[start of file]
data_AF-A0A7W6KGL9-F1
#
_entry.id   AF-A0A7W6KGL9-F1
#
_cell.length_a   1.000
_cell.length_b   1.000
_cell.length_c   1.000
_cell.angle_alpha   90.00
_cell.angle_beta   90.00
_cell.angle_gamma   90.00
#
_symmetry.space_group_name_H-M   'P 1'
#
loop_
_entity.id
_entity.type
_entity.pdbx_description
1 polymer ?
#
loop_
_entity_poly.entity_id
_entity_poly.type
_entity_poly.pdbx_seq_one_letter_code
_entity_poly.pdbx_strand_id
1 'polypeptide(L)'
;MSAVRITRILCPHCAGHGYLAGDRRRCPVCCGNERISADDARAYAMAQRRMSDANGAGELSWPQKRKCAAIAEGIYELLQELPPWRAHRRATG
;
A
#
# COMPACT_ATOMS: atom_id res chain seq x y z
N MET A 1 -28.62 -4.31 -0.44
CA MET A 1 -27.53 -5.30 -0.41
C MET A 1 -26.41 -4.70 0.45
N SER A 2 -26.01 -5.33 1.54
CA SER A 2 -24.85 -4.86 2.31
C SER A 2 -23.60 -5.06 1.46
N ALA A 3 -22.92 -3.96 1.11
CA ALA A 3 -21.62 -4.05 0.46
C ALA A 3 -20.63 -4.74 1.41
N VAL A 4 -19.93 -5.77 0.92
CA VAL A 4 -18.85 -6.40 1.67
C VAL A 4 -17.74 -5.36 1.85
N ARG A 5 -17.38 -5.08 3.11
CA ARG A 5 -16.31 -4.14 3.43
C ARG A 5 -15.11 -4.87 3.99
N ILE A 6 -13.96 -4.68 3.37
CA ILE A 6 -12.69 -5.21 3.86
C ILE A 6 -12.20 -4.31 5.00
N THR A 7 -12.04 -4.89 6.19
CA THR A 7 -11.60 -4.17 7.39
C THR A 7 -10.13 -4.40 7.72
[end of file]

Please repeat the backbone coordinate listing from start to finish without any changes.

data_AF-A0A7W6KGL9-F1
#
_entry.id   AF-A0A7W6KGL9-F1
#
_cell.length_a   1.000
_cell.length_b   1.000
_cell.length_c   1.000
_cell.angle_alpha   90.00
_cell.angle_beta   90.00
_cell.angle_gamma   90.00
#
_symmetry.space_group_name_H-M   'P 1'
#
loop_
_entity.id
_entity.type
_entity.pdbx_description
1 polymer ?
#
loop_
_entity_poly.entity_id
_entity_poly.type
_entity_poly.pdbx_seq_one_letter_code
_entity_poly.pdbx_strand_id
1 'polypeptide(L)'
;MSAVRITRILCPHCAGHGYLAGDRRRCPVCCGNERISADDARAYAMAQRRMSDANGAGELSWPQKRKCAAIAEGIYELLQELPPWRAHRRATG
;
A
#
# COMPACT_ATOMS: atom_id res chain seq x y z
N MET A 1 -28.62 -4.31 -0.44
CA MET A 1 -27.53 -5.30 -0.41
C MET A 1 -26.41 -4.70 0.45
N SER A 2 -26.01 -5.33 1.54
CA SER A 2 -24.85 -4.86 2.31
C SER A 2 -23.60 -5.06 1.46
N ALA A 3 -22.92 -3.96 1.11
CA ALA A 3 -21.62 -4.05 0.46
C ALA A 3 -20.63 -4.74 1.41
N VAL A 4 -19.93 -5.77 0.92
CA VAL A 4 -18.85 -6.40 1.67
C VAL A 4 -17.74 -5.36 1.85
N ARG A 5 -17.38 -5.08 3.11
CA ARG A 5 -16.31 -4.14 3.43
C ARG A 5 -15.11 -4.87 3.99
N ILE A 6 -13.96 -4.68 3.37
CA ILE A 6 -12.69 -5.21 3.86
C ILE A 6 -12.20 -4.31 5.00
N THR A 7 -12.04 -4.89 6.19
CA THR A 7 -11.60 -4.17 7.39
C THR A 7 -10.13 -4.40 7.72